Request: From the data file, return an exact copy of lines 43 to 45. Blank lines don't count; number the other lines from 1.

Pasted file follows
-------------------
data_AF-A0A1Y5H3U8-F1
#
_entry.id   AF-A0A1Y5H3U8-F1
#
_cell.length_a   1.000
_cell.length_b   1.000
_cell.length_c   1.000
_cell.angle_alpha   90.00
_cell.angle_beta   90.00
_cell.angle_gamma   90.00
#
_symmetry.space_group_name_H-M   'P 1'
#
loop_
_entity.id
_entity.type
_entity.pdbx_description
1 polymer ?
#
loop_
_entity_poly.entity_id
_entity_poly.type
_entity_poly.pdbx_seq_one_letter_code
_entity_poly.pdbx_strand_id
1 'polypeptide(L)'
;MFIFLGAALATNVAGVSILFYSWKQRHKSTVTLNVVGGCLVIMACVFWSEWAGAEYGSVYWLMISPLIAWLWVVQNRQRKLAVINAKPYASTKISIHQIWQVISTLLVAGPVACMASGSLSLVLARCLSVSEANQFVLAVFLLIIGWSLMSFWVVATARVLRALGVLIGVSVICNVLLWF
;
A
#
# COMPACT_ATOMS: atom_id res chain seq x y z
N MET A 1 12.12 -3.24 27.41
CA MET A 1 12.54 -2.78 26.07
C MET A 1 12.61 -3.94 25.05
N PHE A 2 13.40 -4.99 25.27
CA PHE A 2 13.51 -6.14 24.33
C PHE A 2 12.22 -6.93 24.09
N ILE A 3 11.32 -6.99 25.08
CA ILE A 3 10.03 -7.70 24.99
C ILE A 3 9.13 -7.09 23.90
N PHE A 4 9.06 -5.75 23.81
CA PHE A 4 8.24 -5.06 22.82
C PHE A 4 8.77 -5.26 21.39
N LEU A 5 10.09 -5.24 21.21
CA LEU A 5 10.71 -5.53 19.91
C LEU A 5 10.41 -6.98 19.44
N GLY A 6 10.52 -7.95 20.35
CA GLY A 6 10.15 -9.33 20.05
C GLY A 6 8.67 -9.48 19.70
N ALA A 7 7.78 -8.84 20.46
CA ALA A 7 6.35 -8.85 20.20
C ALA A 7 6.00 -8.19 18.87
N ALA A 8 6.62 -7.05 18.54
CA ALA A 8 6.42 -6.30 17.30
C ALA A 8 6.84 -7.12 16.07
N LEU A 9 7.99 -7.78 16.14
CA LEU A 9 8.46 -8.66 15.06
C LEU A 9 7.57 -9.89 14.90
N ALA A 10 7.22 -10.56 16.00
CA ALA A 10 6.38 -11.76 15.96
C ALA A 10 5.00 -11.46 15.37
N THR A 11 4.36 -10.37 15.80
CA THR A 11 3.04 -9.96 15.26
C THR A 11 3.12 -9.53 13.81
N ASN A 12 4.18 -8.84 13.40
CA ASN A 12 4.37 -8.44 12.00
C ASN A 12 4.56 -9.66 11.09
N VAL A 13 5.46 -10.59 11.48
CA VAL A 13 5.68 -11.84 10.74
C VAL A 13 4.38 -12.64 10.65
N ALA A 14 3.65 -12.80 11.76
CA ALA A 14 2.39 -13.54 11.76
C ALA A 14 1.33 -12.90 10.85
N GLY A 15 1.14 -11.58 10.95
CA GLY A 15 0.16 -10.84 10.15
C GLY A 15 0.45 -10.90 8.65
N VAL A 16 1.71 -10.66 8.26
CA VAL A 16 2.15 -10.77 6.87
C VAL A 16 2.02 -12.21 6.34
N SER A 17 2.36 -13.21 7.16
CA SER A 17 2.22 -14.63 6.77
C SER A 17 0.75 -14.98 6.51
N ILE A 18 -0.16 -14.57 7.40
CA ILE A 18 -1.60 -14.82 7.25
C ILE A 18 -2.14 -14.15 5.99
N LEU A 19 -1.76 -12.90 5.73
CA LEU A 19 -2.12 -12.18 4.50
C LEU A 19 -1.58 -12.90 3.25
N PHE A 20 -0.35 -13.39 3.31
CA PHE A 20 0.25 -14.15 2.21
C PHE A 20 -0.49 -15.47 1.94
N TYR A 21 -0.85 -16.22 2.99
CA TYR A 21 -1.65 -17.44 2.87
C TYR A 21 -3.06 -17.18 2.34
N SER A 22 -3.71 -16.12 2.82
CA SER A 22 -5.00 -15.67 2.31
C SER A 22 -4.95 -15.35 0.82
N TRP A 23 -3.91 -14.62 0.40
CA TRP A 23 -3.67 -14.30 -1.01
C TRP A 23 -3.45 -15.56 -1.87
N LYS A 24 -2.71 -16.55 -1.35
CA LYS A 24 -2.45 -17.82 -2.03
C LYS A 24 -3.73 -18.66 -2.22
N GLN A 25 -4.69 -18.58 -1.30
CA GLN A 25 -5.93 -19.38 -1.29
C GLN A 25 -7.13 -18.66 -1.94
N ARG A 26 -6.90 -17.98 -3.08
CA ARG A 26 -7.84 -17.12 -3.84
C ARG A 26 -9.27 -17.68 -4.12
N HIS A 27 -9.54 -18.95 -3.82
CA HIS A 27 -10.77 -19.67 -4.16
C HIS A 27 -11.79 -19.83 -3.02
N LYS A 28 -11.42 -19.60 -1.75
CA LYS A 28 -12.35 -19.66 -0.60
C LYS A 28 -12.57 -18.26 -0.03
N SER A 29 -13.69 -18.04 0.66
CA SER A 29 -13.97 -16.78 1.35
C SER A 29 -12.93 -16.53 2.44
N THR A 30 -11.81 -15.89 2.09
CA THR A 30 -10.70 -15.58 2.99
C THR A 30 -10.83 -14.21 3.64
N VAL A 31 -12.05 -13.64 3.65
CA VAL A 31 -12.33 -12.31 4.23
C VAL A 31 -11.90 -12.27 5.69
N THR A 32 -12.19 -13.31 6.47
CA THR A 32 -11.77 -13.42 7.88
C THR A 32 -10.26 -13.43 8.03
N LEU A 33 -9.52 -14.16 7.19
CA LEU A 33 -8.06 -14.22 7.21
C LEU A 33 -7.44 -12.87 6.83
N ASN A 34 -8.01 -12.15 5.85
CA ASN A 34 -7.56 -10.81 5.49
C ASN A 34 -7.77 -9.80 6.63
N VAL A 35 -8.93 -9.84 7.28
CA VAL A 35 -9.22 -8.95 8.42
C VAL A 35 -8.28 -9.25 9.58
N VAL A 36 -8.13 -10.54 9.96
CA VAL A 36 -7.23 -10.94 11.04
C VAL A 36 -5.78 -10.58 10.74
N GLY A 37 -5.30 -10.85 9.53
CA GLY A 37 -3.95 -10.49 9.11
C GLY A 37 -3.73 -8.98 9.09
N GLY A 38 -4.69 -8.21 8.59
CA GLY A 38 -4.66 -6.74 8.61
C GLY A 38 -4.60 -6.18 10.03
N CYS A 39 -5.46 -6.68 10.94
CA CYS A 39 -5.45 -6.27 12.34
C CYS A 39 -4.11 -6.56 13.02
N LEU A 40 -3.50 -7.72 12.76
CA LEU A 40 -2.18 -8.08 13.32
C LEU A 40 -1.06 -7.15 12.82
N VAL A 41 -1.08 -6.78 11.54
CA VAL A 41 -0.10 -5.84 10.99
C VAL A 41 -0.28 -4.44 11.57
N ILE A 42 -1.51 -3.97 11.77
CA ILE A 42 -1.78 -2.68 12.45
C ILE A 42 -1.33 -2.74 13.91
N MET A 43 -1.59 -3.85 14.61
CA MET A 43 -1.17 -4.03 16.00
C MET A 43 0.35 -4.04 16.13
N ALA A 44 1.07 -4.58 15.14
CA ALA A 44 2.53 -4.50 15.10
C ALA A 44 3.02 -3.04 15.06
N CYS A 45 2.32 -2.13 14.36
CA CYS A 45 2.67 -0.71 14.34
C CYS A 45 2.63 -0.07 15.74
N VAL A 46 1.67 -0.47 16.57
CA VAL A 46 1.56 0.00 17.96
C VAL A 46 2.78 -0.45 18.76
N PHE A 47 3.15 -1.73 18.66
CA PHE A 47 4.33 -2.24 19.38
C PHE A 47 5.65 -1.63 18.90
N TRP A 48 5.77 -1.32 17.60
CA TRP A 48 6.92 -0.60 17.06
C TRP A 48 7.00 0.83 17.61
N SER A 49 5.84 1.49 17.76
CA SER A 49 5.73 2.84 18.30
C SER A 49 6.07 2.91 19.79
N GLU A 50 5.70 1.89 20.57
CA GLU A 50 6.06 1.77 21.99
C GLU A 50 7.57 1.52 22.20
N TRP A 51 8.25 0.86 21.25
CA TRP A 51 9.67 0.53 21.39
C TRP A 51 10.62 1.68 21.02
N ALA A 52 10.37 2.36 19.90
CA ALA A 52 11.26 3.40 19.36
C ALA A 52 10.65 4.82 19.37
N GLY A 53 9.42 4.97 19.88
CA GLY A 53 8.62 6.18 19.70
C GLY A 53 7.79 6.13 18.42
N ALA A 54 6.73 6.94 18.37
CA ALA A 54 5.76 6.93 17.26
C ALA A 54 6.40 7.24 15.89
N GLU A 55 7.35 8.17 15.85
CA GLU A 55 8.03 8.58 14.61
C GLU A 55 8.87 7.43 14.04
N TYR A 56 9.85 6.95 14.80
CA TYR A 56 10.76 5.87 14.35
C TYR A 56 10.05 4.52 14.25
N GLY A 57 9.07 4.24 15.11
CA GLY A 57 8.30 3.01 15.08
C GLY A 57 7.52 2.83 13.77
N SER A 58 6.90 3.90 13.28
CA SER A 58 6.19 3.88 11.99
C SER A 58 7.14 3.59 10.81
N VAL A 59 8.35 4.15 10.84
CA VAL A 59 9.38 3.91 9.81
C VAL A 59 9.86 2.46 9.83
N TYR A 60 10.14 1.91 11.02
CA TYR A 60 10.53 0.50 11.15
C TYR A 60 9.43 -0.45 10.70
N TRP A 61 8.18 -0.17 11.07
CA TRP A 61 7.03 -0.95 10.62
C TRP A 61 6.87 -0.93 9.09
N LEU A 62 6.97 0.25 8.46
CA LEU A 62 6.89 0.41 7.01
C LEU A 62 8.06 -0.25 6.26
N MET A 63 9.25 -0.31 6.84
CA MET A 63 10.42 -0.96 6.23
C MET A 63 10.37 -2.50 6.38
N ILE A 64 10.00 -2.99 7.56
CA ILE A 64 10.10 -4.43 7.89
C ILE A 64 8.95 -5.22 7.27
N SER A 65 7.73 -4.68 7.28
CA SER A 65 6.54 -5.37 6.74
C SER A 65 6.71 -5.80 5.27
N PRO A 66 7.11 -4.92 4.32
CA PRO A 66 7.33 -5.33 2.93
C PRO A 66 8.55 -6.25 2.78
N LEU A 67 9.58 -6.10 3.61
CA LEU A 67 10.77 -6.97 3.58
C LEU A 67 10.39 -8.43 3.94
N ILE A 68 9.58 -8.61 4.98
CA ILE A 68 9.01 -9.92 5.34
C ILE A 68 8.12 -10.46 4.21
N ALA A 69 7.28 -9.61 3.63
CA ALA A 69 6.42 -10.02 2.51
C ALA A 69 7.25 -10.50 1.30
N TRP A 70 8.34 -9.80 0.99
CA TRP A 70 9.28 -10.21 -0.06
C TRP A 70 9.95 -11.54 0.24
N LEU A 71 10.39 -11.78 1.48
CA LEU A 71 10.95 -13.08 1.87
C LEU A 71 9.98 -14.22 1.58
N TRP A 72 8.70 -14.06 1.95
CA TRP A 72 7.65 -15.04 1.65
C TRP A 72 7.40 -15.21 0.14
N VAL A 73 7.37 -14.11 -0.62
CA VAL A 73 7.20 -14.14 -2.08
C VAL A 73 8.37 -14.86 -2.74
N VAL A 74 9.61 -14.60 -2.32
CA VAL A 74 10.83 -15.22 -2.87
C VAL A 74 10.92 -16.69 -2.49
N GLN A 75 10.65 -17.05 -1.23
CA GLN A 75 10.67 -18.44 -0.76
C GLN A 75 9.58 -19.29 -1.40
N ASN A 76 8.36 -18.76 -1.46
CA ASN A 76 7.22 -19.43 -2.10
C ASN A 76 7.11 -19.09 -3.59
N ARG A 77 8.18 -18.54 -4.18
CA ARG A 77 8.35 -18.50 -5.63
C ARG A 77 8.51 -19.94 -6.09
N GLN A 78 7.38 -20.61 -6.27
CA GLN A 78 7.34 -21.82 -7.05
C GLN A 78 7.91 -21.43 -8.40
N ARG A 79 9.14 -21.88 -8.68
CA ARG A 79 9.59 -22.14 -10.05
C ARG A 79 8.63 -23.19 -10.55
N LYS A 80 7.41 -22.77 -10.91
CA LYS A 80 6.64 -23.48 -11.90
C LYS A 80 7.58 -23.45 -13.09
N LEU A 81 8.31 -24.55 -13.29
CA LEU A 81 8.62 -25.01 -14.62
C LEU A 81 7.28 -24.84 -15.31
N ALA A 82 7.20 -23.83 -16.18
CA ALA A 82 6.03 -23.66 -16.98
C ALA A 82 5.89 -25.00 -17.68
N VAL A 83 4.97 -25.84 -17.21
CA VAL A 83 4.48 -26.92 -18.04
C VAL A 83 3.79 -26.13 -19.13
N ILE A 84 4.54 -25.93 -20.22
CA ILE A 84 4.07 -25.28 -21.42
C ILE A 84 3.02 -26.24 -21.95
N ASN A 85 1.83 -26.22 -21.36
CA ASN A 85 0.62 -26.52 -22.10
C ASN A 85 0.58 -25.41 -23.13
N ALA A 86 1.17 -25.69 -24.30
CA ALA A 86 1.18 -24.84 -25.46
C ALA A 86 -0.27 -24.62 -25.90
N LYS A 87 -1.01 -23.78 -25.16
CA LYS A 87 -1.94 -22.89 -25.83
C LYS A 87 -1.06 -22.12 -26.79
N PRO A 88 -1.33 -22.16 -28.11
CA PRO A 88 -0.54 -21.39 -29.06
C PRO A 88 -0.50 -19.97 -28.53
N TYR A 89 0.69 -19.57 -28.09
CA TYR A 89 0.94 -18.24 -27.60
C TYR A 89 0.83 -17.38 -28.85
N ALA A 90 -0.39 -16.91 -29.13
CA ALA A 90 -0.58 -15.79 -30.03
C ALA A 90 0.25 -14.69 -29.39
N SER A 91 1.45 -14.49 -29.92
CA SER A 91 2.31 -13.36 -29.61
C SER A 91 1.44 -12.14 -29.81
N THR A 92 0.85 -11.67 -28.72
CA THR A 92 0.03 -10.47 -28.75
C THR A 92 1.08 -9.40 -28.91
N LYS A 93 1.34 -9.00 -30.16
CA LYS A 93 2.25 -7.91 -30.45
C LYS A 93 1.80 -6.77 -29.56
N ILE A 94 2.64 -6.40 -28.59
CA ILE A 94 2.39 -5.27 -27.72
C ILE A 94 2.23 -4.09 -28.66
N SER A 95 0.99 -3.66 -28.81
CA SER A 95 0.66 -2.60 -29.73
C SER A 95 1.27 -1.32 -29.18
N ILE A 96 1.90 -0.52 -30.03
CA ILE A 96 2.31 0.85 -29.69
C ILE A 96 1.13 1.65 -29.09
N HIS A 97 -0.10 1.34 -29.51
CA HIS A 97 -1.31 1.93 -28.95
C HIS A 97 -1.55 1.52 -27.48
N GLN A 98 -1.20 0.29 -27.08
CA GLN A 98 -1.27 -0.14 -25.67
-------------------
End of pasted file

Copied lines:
N LEU A 5 10.09 -5.24 21.21
CA LEU A 5 10.71 -5.53 19.91
C LEU A 5 10.41 -6.98 19.44